Earthquake, ASI’s Prisma satellite scrutinizes the areas of the epicenter in Turkey

The devastation of the Roman castle of Gaziantep was filmed by the hyperspectral satellite of the Italian Space Agency

Even the Prism satellite of the Italian Space Agency is scrutinizing the area of ​​theepicenter in Turkey and the devastation caused by the terrible earthquake of February 6th in the southeast of the country. L’Asi reports that the quake also resulted in the near-total destruction of a 2,000-year-old castle built during the Roman Empire. This is Gaziantep Castle, located in the heart of the city closest to the epicenter of the earthquake, which was built by the Romans in the 2nd and 3rd centuries AD and later fortified and enlarged by the Byzantine Emperor Justinian I in the 6th century. The castle is unique for its irregular shape and 12 towers (it was even surrounded by a moat at one time).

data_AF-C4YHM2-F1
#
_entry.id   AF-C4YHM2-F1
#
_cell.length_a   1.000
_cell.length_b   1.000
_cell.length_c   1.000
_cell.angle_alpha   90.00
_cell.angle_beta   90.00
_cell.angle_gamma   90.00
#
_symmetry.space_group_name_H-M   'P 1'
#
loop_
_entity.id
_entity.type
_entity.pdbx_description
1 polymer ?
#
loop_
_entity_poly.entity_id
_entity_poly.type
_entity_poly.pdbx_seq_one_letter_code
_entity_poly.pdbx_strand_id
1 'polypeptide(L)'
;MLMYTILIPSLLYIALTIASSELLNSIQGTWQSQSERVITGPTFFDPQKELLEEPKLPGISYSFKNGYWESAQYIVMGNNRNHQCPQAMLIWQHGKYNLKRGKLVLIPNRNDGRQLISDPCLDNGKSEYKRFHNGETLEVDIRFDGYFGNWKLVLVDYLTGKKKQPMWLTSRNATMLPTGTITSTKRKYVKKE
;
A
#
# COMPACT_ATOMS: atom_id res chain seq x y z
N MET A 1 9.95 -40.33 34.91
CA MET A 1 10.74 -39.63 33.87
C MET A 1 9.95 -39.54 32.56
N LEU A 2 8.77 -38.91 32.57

The castle has withstood several invasions, renovations and regime changes, losing its military significance after being captured by the Ottoman Empire in 1516, but retaining its status as an important historical site and tourist attraction in the following centuries. It was recently used as the Gaziantep Defense and Heroism Panoramic Museum. Today the Italian Space Agency released the images acquired on February 13th.

The image on the left, explains the ASI, “is an RGB processing, while the one on the right is a panchromatic image, in which the Sirvani Mosque, also partially destroyed, is visible near the castle”. According to seismologists, the February 6 earthquake was one of the strongest ever recorded in Turkey. Thousands of buildings have collapsed or been heavily damaged in both Turkey and Syria as a result of this earthquake, with rescuers working to save people trapped under the rubble. The toll so far is more than 41,000 victims in the affected areas between Turkey and Syria.